Mac Pro SSD and Hard Drive Combo: How and Why

| Ted Landau's User Friendly View

Ever since I bought a MacBook Air last fall, I have thoroughly enjoyed the quiet and snappy performance of its SSD (solid-state drive). The only “downside” is that my desktop Mac Pro remains my primary workhorse. That’s why, after considerable procrastination and penny-counting, I finally took the plunge. Last weekend, I purchased an SSD for my 2009 Mac Pro.

Was it worth it? You bet. Startup times are now much faster. Applications open with a pop. Everything seems to take less time. And I almost never hear the whirring sound of my (still installed) mechanical hard drives.

However, at several points over the weekend, I was much more uncertain as to exactly how “worth it” my decision would turn out to be. The process of getting everything set up and running smoothly took the better part of two days. Even now, I confront an occasional minor blip in some application. At several points during the process, my anxiety level sky-rocketed as I worried about losing data. While not difficult to do, the task requires a hefty chunk of time and a considerable level of Mac knowledge.

To help decide if an SSD upgrade is right for you, and to assist in making the transition go as smoothly as possible, I offer the following recount of my weekend odyssey:

Purchase the SSD

An essential preliminary step was to buy an SSD. Based on their excellent reputation, I decided to get the drive from Other World Computing (OWC). A key component of this purchase is to decide how large an SSD to buy. All other things being equal, larger is better. If you get a drive large enough to hold all the data currently on your startup drive, the transition should be quite simple — no different than transferring data from one mechanical hard drive to another.

Unfortunately, all other things are not likely to be equal. In my case, to get an SSD large enough to serve as a swap for my current hard drive, I would have needed OWC’s 480GB SSD. It cost over $900. No way was I going to spend that much for a drive upgrade.

There are a couple of solutions to this dilemma. The one I chose (which is the most common) was to get a drive just large enough to hold my Mac OS X System Software and Applications folder. For me, this meant getting OWC’s 115GB Mercury Extreme Pro SSD at the much more affordable price of $230. My Home directory and the rest of my content would remain on my current drive.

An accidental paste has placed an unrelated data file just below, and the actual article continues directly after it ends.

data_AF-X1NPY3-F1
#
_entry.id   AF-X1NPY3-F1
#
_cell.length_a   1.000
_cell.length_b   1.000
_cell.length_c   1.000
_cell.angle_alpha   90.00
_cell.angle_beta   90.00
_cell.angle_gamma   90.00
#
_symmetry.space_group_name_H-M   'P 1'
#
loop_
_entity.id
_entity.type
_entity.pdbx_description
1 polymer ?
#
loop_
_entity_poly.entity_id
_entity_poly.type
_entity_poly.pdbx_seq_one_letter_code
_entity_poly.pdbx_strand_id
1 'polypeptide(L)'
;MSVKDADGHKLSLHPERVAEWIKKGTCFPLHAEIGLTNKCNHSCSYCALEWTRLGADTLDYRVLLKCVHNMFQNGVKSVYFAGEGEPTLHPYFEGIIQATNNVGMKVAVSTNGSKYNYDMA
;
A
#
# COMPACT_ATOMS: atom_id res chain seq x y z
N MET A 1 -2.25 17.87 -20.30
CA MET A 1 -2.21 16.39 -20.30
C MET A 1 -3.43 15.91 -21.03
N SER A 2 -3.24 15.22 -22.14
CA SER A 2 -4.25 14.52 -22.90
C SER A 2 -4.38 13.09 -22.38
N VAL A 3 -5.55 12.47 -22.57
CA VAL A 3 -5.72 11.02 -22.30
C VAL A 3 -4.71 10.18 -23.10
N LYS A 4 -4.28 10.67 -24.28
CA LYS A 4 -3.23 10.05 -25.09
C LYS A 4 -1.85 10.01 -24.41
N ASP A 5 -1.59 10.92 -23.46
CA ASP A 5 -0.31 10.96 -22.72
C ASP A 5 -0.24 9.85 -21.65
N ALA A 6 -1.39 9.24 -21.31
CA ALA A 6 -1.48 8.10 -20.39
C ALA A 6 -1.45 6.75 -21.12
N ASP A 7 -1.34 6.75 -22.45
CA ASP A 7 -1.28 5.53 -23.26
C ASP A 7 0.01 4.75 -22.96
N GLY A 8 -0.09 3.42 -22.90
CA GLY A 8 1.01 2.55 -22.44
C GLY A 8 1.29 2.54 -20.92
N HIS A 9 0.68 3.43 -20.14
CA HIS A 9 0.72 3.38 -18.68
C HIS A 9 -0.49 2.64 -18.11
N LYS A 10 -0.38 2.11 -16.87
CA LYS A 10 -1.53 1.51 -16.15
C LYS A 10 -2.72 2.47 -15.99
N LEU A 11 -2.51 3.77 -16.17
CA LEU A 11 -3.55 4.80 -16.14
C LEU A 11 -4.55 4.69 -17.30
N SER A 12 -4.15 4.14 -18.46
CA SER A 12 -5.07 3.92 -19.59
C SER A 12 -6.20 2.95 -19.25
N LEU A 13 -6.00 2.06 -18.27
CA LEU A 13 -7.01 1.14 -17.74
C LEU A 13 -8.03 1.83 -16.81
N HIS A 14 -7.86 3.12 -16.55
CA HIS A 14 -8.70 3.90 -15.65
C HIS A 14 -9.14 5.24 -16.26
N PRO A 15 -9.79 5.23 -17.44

I needed to make one more decision before ordering my drive. Because SSD’s are 2.5” and standard drives are 3.5”, the trays that come with the Mac Pro do not directly accommodate an SSD. OWC offers several solutions for this. The one I chose (which I highly recommend) is to get the OWC Mount Pro drive sled. This holds the SSD and replaces one of the empty trays inside the Mac Pro.

SSD drive

Install the SSD

After the SSD and sled arrived, it was relatively simple to install them. Using the screws from an empty Mac Pro drive tray, I attached the SSD to the OWC tray. I then slid the tray into the empty bay. Done.

I started up the Mac Pro and was greeted with a message stating that the newly recognized SSD needed to be initialized. Using the Partition section of Disk Utility, I did so. I was now good to go.

Transfer data to the SSD

The next step was to transfer my existing System Software and Applications folder to the SSD, making sure that the SSD would be a bootable drive.

I wasn’t sure the best way to proceed. As a result, I had a couple of false starts.

My first attempt began with installing Mac OS X from an Apple Install DVD — and then transferring data across drives. It did not work well. I eventually wound up with a Home directory that would no longer function as an admin account.

Neither Apple’s Migration Assistant utility nor SuperDuper (my backup software) were up to the task. They didn’t provide the level of fine tuning I required to transfer only the specific software I wanted.

What finally worked was to start over with an empty SSD and use Carbon Copy Cloner to select and transfer the desired items. Essentially, I copied everything to the SSD except the root level Users, Developer and Documents directories. That’s not 100% true. I copied over the shell of my Home directory within Users. That is, I copied my “landau” folder but not any of the files or subfolders within it. This was one of those instances where my general knowledge of how Mac OS X worked allowed me to sidestep a problem. You’ll see what I mean in a moment.